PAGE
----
- Individuals who take certain medications may be at risk for drowsy driving. It is important to consult with your doctor about the possible side effects of your medication in order to ensure that you are not at risk for drowsy driving.
- The location of the drivers can also influence how likely someone is to fall asleep while driving. For example, people who are driving on rural highways are more likely to drive while they are drowsy than those who are driving in the city.
For more information about people who at risk for drowsy driving visit: http://drowsydriving.org/about/facts-and-stats/
While the statistics point to these groups, being more prone to drowsy driving it is important to remember that anyone can make the mistake of getting behind the wheel when they have not had enough sleep.
What can be done about Drowsy Driving?
One of the easiest things that can be done is education. As discussed above, many people are not aware that drowsy driving is serious. Change can start with a single individual. If you are drowsy, stop what you are doing. This could save your life.
Some victims of drowsy driving are asking people to take a pledge to stay alert. You can find more information about one women’s quest to find closure by encouraging others to never drive while they are drowsy at http://www.kens5.com/news/local/widow-speaks-out-during-drowsy-driving-awareness-week/349391673.
Some truck companies are taking steps to limit the amount of drowsy driving that occurs. To accomplish these goals trucking companies are attempting to find a balance between meeting their bottom line and ensuring that employees are operating their trucks in a safe manner.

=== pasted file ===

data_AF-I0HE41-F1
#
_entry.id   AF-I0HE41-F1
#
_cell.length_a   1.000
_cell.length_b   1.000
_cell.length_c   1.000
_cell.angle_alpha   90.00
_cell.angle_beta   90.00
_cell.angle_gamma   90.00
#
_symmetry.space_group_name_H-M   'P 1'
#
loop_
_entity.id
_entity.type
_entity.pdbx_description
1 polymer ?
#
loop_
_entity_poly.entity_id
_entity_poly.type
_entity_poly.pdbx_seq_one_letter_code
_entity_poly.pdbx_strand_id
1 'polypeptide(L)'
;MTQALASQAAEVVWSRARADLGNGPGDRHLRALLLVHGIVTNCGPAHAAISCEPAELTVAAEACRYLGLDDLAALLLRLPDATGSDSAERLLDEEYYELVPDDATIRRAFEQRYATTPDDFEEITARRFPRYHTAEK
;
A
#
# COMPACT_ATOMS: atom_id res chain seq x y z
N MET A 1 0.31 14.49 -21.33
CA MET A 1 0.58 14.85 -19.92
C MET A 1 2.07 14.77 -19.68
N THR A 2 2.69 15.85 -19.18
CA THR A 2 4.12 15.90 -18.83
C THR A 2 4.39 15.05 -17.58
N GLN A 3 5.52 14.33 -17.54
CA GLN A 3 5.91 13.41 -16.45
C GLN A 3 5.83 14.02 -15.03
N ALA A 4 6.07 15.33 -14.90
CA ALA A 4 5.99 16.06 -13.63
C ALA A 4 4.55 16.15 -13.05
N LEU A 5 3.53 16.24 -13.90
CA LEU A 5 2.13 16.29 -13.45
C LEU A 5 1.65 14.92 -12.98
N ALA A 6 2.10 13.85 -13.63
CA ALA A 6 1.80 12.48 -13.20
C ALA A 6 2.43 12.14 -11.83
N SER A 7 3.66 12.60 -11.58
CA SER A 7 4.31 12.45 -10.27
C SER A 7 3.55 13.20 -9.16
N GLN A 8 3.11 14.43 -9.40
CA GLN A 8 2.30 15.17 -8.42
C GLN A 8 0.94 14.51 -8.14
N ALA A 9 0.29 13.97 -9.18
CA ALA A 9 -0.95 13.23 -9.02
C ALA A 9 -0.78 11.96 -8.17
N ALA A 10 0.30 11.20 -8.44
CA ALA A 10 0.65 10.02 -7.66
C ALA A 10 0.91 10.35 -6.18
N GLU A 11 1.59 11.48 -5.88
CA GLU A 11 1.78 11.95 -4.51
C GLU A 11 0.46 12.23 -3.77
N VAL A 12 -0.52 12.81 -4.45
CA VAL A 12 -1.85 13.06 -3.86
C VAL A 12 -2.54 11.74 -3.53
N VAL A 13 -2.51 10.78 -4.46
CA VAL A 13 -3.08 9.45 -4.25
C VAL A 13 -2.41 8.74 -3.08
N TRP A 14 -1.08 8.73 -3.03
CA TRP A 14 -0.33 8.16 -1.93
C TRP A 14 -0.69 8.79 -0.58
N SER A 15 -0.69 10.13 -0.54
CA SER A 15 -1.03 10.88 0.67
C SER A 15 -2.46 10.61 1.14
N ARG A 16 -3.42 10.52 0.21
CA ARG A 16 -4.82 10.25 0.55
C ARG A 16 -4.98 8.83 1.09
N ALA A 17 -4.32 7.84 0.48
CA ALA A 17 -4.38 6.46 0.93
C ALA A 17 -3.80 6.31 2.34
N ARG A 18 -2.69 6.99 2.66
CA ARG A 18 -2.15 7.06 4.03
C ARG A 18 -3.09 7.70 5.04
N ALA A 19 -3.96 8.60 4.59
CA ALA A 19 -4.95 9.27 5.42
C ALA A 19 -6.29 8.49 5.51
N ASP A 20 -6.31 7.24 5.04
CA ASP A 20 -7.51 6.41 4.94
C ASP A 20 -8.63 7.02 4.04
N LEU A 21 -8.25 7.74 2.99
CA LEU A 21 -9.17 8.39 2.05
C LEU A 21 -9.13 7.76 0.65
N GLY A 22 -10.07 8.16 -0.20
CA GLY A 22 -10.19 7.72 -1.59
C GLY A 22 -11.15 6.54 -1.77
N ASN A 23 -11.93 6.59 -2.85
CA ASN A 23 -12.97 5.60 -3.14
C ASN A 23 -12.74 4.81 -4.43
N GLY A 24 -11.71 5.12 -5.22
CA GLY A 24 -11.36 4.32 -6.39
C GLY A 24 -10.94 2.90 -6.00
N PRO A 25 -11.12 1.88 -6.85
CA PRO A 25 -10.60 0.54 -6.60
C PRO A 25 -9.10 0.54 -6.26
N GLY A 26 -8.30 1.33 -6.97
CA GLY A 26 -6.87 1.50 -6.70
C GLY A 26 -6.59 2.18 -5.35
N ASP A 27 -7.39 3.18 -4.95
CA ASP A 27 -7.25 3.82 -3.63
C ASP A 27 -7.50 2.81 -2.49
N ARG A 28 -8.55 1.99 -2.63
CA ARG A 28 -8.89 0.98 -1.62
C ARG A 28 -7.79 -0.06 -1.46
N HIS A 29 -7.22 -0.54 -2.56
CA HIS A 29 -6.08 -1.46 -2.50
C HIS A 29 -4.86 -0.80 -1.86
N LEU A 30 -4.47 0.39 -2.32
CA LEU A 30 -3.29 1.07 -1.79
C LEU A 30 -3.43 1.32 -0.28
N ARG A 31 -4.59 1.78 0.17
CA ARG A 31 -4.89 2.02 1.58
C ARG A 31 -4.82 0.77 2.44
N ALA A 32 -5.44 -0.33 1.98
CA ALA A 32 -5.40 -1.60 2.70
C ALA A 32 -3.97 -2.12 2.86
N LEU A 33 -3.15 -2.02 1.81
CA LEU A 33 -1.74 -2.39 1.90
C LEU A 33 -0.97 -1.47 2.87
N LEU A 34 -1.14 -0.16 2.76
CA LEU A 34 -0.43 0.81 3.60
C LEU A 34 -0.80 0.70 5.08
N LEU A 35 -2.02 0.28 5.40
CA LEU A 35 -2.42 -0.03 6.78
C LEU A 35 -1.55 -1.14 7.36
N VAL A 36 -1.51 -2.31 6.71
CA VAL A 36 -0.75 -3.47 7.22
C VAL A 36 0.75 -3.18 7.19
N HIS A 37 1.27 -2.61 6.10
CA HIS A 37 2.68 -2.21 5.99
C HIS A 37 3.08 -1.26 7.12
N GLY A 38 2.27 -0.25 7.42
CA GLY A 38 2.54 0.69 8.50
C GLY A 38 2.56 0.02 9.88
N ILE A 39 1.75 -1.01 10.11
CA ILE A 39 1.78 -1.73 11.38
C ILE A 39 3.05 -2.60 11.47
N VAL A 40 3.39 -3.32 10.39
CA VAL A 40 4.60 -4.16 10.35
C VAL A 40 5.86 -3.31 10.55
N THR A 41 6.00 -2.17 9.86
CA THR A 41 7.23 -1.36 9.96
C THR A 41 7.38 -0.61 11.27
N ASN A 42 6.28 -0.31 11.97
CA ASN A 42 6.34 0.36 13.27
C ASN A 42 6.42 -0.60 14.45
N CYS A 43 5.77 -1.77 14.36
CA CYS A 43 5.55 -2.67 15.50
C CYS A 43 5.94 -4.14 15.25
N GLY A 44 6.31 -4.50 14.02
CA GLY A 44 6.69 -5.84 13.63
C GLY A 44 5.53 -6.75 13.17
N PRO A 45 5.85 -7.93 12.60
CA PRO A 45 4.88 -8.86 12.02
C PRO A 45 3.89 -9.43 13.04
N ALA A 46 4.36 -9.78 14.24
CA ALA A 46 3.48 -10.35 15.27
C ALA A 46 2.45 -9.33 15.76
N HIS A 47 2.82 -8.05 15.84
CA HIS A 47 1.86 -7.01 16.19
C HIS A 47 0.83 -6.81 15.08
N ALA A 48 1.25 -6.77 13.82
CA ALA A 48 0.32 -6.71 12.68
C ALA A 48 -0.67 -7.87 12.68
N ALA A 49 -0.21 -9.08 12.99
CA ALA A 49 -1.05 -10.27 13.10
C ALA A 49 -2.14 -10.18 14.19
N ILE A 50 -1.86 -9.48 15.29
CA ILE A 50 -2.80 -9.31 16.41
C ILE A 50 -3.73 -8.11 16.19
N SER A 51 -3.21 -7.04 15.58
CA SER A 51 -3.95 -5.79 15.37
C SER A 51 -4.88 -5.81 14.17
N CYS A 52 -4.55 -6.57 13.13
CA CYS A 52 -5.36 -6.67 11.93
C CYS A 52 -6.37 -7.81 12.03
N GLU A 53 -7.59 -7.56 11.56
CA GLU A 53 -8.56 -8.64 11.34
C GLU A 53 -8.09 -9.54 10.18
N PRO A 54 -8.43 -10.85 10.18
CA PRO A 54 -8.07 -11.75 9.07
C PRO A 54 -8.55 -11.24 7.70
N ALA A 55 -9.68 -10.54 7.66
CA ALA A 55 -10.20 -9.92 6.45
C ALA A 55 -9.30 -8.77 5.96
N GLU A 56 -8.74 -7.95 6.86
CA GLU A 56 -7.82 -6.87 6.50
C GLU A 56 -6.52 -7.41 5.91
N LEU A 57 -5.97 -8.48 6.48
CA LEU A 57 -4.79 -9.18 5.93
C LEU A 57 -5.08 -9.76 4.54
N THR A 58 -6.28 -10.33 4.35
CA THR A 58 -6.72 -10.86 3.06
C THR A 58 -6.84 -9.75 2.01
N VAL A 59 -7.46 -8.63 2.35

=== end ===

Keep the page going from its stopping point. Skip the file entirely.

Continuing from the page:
Obviously trucking companies want to make a profit. The only way these companies can make a profit is to have truck drivers deliver loads. However, at the same time trucking companies realize that truck drivers can be at risk for drowsy driving.
These companies are creating comprehensive policies that provide training for truckers and help identify sleeping disorders. Hopefully, that more companies will continue to fight against drowsy driving.
Triple AAA reports that thirty-seven percent of drivers have admitted to falling asleep behind the wheel. This statistic is alarming and indicates that many people do not know how dangerous drowsy driving can be.
One important thing to remember is that distracted driving is one hundred percent preventable. Drivers can make smart choices every day that can limit the amount of accidents that occur.
When we get behind the wheel, we need to remember that we have a responsibility to focus on the task at hand. The National Sleep Foundation’s motto says it best: “Stay Alert, Arrive Alive.”
This motto can apply to all types of distracted driving, but people often forget that drowsy driving is just as serious as other types of distracted driving. It is important to get enough sleep before you get behind the wheel. Your life could be at stake.